School buses cancelled, schools, post-secondary institutions closed as icy conditions pelt London area
As London prepares for another bout of icy weather Tuesday, school buses in the region have been cancelled for the day, and schools in both local school boards are closed.
The Southwestern Student Transportation Service tweeted just before 6 a.m. that all school purpose vehicles had been cancelled “due to current and forecasted conditions of extended freezing” rain.
While both the Thames Valley District School Board and the London District Catholic School Board had initially said schools would be open Tuesday, both boards changed that decision about 30 minutes after the initial tweets.
Schools within the French public and French Catholic school boards are also closed due to the snow and risk of freezing rain.
Fanshawe College and Western University are also closed.
The London International Airport is also advising travellers to check the status of their flights as there may be cancellations and delays.
A freezing rain warning remains in effect for the London region as a Colorado Low starts to lumber through the area.
“There will be ice pellets for a few hours this morning,” said meteorologist with Environment Canada Peter Kimball.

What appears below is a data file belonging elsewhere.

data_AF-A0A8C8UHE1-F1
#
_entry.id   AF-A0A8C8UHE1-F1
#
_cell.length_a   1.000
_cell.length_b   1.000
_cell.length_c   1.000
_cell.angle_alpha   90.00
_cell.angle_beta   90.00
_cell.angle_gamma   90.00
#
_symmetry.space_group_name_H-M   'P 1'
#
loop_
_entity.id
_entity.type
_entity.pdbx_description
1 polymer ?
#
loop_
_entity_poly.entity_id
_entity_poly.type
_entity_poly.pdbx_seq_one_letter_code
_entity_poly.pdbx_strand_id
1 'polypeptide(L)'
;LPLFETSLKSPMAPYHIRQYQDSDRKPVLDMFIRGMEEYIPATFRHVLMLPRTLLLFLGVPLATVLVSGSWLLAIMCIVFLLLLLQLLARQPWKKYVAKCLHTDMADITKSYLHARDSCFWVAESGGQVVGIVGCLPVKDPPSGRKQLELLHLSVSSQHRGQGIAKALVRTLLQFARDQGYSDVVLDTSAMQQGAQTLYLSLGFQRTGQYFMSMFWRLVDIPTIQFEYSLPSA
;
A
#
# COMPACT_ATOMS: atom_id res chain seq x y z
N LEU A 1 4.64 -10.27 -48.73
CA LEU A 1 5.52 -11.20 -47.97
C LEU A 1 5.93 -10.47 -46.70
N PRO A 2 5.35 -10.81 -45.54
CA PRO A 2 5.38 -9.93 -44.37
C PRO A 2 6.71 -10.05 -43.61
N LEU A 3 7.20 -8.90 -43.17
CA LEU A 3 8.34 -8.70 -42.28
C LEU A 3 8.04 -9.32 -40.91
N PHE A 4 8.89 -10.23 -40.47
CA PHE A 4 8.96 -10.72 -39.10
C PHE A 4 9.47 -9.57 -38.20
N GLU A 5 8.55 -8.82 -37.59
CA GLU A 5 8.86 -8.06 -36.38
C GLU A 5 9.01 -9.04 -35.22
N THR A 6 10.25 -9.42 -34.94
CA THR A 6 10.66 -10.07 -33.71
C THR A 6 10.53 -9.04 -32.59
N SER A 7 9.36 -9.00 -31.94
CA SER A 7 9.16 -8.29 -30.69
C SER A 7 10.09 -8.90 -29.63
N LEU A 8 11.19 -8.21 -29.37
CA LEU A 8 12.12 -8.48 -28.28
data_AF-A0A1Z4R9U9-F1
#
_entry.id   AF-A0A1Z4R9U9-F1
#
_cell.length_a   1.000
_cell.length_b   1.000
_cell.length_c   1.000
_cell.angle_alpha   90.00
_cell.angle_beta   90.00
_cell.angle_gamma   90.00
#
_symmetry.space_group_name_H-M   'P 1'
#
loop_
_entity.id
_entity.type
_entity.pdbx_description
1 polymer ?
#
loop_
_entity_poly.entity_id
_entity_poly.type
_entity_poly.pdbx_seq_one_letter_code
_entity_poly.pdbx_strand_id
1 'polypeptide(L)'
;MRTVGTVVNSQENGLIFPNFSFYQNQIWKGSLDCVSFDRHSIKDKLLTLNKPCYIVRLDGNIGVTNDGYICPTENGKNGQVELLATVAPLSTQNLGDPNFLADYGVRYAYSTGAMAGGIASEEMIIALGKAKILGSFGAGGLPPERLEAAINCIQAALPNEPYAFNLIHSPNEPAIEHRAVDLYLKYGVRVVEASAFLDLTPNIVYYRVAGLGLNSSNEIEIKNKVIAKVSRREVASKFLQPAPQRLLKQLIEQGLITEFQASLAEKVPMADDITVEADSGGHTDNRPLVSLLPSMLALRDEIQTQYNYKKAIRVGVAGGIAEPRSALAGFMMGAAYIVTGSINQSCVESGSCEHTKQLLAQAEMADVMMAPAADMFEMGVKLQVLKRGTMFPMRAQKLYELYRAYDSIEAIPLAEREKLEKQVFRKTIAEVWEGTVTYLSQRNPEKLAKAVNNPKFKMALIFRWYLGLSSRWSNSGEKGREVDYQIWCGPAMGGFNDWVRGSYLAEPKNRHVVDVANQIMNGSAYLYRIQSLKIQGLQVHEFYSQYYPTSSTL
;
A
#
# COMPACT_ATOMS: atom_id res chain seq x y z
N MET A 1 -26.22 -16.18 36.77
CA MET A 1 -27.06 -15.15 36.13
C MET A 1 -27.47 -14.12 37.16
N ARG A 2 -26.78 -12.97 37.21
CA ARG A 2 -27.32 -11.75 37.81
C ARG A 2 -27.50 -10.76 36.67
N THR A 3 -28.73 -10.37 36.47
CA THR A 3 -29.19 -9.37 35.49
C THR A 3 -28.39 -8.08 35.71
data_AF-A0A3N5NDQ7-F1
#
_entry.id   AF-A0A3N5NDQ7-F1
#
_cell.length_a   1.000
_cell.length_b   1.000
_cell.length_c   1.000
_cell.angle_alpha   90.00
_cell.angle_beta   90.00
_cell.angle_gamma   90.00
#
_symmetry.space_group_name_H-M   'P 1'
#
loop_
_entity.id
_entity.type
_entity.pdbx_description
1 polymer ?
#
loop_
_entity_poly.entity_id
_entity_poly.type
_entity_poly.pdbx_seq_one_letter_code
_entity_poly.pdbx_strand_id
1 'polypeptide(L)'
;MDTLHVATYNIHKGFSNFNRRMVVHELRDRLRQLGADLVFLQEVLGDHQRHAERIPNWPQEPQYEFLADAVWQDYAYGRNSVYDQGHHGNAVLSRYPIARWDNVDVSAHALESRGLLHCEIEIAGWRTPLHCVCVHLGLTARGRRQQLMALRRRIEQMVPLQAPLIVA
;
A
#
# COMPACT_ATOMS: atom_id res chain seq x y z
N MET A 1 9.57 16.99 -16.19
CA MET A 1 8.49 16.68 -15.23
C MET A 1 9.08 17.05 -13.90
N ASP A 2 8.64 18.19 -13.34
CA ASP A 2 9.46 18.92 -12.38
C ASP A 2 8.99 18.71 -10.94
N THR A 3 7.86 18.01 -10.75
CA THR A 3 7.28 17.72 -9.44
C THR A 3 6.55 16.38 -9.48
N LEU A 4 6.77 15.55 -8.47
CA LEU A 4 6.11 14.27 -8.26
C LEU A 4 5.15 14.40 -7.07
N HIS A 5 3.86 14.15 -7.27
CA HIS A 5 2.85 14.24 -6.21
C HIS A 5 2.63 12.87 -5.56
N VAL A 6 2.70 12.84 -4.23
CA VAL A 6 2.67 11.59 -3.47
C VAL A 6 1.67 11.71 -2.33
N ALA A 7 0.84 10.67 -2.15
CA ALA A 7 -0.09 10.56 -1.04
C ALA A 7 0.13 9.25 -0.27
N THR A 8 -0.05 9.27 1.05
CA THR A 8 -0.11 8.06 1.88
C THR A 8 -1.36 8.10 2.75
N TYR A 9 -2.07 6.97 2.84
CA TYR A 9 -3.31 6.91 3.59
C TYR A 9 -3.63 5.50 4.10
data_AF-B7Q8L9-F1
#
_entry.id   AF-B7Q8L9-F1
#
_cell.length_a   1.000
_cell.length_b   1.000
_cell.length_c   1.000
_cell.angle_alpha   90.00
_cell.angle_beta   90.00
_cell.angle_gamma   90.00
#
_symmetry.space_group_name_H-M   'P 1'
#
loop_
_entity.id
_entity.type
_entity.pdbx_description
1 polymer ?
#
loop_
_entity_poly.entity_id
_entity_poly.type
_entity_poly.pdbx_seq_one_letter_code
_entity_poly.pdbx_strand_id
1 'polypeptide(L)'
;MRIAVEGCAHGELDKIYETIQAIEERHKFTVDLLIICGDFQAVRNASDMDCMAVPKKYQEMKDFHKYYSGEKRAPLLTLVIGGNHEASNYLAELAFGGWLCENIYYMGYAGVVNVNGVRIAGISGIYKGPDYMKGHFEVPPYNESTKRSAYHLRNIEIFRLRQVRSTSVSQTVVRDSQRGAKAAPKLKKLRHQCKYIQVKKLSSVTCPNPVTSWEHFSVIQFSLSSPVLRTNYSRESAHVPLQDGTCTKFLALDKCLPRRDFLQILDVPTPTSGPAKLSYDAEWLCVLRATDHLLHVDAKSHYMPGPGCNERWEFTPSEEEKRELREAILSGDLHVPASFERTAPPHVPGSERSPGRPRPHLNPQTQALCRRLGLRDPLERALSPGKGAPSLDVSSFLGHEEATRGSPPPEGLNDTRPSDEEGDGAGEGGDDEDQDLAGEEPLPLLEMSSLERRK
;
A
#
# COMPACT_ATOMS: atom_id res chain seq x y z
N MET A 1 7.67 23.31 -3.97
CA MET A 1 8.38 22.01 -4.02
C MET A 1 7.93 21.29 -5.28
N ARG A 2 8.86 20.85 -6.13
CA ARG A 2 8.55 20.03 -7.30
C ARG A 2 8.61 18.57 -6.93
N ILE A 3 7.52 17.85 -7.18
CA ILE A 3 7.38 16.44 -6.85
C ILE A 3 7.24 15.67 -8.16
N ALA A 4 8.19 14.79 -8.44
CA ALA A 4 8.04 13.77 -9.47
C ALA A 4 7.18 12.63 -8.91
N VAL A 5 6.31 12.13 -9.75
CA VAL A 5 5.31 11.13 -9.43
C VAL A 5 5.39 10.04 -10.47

“I think the morning commute will probably be mostly snow changing to ice pellets, then later changing to freezing rain for two to six hours before the temperature rises above zero in the afternoon,” he said.
The London Transit Commission is operating as usual, but is warning riders that buses may be a little behind schedule.
London is expecting a high of around 3 C Tuesday before the temperature drops again in the evening, changing the rain over to snow.
According to Environment Canada, there could be an additional two to four centimetres of accumulation by the time the system moves out of the region.
The London area will also feel strong winds, with gusts hitting up to 60 kilometres an hour at times.
Anyone on the roads should use extra caution, slow down and adjust to the conditions.
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